Well, first, consult a qualified behavioral therapist, because behavior therapy is the most common and successful treatment these days for OCD. It helps the child to manage the compulsion and anxiety through different strategies. Apart from this, there are many other ways that can help you to deal with your child's OCD.
For example, when he starts asking you questions, you can give him a task immediately according to his interest. You can ask for his help in giving the dog a bath, or you can tell him to ask you questions through pictures - this will make the moments playful for both of you; you can even teach him how to paint. This will divert his mind and keep him busy with interesting things.
So, if you're tired of your child's obsessive questioning, change your answers a little, talk about consequences, or assign him an interesting task. These strategies will certainly help you to deal with his obsessive questioning comfortably.
Isaac Smith has worked with children with autism for over 8 years. His company accommodates workshops and training materials regarding Autism Spectrum Disorder (ASD) and Attention Deficit Hyperactivity Disorder (ADHD) - which is a common childhood behavioral disorder.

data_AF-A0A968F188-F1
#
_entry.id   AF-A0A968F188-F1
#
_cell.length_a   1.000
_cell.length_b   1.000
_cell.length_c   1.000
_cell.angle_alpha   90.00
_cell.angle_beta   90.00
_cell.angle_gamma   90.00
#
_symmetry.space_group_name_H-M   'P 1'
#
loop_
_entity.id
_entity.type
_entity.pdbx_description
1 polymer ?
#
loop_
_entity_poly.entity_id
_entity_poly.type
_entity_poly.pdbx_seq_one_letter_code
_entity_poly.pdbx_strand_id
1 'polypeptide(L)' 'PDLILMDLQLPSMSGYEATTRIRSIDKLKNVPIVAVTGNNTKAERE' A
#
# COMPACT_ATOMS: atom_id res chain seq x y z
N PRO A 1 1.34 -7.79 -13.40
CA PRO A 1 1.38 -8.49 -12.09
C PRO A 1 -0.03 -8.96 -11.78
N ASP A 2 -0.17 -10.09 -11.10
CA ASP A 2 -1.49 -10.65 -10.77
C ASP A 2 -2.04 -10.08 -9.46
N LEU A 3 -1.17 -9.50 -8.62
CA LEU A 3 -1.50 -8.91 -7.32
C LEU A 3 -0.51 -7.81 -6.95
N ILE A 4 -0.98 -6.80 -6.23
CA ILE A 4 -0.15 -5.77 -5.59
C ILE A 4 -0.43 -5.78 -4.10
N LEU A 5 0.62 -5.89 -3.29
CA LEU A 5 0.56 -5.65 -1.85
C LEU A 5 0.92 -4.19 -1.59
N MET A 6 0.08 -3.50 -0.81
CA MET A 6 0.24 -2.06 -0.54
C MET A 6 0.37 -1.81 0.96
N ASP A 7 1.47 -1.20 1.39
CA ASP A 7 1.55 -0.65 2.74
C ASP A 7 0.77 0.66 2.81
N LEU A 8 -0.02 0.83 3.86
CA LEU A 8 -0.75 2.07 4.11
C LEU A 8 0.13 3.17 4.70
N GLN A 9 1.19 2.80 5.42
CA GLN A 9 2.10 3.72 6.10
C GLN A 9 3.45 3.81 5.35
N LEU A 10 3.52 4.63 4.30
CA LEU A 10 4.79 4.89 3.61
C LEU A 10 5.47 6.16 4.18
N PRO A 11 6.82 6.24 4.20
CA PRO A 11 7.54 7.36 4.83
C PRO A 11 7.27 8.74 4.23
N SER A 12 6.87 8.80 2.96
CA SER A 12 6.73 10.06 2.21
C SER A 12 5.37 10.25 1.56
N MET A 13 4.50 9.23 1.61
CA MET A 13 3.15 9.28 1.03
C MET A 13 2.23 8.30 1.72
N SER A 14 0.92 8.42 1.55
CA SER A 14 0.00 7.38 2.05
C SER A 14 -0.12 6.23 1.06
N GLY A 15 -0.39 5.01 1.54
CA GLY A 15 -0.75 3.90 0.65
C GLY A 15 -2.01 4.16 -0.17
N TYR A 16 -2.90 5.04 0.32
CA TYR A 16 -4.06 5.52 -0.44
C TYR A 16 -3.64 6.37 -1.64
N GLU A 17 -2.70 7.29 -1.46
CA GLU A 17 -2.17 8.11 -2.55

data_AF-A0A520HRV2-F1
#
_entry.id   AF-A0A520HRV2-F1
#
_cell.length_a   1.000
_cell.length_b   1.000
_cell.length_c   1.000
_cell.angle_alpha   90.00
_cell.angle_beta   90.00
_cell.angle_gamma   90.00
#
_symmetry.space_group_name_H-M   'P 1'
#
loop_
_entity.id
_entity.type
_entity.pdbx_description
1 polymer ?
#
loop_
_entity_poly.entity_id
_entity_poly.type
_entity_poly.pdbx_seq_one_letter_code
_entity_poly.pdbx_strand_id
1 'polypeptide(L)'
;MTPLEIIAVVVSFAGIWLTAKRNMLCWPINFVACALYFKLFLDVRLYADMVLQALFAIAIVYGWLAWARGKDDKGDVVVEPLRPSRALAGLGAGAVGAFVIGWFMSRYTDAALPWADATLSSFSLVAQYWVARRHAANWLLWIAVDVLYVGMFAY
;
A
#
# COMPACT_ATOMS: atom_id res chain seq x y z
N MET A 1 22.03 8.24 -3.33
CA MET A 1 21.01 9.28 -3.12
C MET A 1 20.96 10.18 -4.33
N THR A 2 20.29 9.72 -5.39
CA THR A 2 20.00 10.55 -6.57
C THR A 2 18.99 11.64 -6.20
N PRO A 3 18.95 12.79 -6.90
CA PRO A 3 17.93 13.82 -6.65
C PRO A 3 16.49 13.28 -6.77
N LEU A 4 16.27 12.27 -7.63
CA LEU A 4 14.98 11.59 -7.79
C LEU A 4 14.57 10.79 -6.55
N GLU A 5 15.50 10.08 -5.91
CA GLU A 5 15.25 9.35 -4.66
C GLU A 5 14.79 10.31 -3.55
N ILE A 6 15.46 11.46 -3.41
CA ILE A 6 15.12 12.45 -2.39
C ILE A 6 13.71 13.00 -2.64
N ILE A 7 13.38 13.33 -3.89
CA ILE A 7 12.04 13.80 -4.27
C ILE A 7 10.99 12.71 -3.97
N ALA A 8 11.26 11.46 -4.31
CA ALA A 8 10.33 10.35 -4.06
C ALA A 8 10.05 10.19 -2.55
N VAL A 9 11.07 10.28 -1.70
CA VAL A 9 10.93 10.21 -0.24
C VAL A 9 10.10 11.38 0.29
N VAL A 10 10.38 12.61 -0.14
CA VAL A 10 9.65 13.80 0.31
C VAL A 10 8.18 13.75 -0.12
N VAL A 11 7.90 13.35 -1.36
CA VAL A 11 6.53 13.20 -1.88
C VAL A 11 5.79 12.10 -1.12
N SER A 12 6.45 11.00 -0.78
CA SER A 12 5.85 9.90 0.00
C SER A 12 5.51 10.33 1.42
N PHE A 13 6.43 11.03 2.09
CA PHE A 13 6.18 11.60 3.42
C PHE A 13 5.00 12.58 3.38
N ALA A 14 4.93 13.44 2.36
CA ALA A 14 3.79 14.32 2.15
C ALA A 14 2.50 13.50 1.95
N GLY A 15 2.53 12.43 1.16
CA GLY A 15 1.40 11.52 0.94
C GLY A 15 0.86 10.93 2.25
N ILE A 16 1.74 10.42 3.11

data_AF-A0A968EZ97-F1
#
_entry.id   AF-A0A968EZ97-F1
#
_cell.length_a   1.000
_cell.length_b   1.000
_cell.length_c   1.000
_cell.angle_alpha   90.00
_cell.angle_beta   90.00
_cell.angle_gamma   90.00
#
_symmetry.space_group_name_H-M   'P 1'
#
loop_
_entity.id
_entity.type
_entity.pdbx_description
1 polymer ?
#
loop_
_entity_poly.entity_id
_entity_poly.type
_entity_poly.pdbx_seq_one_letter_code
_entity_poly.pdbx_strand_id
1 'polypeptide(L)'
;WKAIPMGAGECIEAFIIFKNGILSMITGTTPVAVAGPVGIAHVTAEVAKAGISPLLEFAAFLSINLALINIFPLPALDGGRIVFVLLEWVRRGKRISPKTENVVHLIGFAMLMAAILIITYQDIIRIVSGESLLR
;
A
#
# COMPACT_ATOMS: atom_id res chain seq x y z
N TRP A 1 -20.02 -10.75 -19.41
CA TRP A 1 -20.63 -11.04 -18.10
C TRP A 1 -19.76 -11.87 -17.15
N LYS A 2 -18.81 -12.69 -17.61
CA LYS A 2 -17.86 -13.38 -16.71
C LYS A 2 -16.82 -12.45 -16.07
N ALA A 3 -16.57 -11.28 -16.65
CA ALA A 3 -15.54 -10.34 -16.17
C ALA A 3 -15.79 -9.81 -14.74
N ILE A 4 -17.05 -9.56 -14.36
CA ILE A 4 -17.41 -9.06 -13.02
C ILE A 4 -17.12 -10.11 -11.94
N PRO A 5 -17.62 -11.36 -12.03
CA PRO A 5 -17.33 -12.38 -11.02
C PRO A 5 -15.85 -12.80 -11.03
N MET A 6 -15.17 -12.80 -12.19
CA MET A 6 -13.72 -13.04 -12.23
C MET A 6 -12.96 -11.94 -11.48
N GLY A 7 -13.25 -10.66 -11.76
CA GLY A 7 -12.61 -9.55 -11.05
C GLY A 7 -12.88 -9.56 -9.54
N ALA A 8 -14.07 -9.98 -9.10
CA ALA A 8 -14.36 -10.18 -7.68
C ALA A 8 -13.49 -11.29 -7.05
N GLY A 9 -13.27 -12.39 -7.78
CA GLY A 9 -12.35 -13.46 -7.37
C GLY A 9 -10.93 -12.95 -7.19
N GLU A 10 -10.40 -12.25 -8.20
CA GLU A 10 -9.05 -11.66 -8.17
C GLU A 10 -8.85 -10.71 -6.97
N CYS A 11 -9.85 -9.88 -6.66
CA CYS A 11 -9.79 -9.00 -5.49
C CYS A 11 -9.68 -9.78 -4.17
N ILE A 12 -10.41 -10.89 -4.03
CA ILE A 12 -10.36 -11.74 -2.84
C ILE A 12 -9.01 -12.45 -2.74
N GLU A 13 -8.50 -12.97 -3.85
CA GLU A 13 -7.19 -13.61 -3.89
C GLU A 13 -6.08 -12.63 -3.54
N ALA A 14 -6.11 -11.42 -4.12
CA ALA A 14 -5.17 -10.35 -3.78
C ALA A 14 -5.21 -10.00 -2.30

You can get more insightful and specific information regarding "Autism in Children" through his website at: http://www.pleasedparents.com
Isaac teaches simple psychological and emotional tactics that connect parents with their autistic child, emotionally and psychologically. His effective strategies solve the obsessive issues of an autistic child easily and bring peace and harmony in the home...
For more valuable information, visit his blog: http://www.pleasedparents.com/blog.html
Article Source: http://EzineArticles.com/?expert=Isaac_E._Smith

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1 comment:

  1. The best thing to do is remind them that they have already asked that specific question. I think what's going on is they get stuck, they want to have a conversation with you about the topic at hand but just don't know how to move on. I found that redirecting the question towards them is useful at times. This helps to think about what they are doing and helps move on.